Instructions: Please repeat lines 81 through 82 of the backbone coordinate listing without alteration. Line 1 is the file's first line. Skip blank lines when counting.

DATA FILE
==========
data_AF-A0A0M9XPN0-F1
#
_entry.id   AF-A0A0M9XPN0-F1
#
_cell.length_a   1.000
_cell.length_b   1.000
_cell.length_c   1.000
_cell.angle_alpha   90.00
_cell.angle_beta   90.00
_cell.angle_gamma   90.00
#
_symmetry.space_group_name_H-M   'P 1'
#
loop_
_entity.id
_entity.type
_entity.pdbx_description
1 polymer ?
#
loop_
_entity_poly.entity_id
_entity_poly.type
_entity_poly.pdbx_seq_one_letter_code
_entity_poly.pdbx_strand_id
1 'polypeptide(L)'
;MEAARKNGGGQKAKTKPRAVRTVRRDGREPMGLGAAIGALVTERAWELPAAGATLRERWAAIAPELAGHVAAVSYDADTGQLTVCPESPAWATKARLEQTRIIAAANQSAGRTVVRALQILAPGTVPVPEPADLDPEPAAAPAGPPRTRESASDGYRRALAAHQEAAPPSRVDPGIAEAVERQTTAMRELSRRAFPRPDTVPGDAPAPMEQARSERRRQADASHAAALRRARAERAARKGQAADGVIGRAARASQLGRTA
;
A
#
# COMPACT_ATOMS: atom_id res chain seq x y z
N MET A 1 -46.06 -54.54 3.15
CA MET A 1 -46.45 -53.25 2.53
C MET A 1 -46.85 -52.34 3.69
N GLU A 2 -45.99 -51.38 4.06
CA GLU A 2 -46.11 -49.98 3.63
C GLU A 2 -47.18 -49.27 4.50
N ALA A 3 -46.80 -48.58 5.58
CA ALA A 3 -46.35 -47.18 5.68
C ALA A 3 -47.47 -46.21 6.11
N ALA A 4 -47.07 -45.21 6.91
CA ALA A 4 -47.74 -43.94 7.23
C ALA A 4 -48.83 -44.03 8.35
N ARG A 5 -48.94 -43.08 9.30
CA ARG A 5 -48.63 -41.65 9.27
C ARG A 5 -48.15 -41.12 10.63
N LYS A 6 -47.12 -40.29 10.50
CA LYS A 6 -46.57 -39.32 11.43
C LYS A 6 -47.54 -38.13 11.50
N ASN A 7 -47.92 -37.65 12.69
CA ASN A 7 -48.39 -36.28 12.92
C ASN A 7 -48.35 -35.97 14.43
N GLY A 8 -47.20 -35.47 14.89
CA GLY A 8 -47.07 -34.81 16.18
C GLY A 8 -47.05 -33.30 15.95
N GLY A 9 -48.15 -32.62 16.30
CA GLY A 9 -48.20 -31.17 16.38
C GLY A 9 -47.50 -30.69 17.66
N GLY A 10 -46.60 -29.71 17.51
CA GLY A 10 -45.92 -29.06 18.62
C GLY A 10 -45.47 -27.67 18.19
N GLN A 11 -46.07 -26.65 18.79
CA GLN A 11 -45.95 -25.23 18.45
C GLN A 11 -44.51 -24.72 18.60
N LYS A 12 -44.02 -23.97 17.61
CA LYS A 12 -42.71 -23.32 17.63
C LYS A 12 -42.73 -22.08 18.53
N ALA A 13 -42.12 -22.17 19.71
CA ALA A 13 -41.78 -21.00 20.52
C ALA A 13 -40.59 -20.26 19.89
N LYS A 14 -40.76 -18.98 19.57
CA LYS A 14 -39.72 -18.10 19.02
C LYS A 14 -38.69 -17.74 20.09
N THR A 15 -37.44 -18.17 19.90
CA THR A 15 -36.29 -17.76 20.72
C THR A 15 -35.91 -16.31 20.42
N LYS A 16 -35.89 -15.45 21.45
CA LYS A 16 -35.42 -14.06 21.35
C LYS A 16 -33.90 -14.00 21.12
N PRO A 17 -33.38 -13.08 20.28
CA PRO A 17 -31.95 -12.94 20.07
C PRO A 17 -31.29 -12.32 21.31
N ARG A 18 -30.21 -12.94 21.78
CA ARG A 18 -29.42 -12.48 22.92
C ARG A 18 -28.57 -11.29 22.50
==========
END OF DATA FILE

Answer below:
C PRO A 17 -31.29 -12.32 21.31
N ARG A 18 -30.21 -12.94 21.78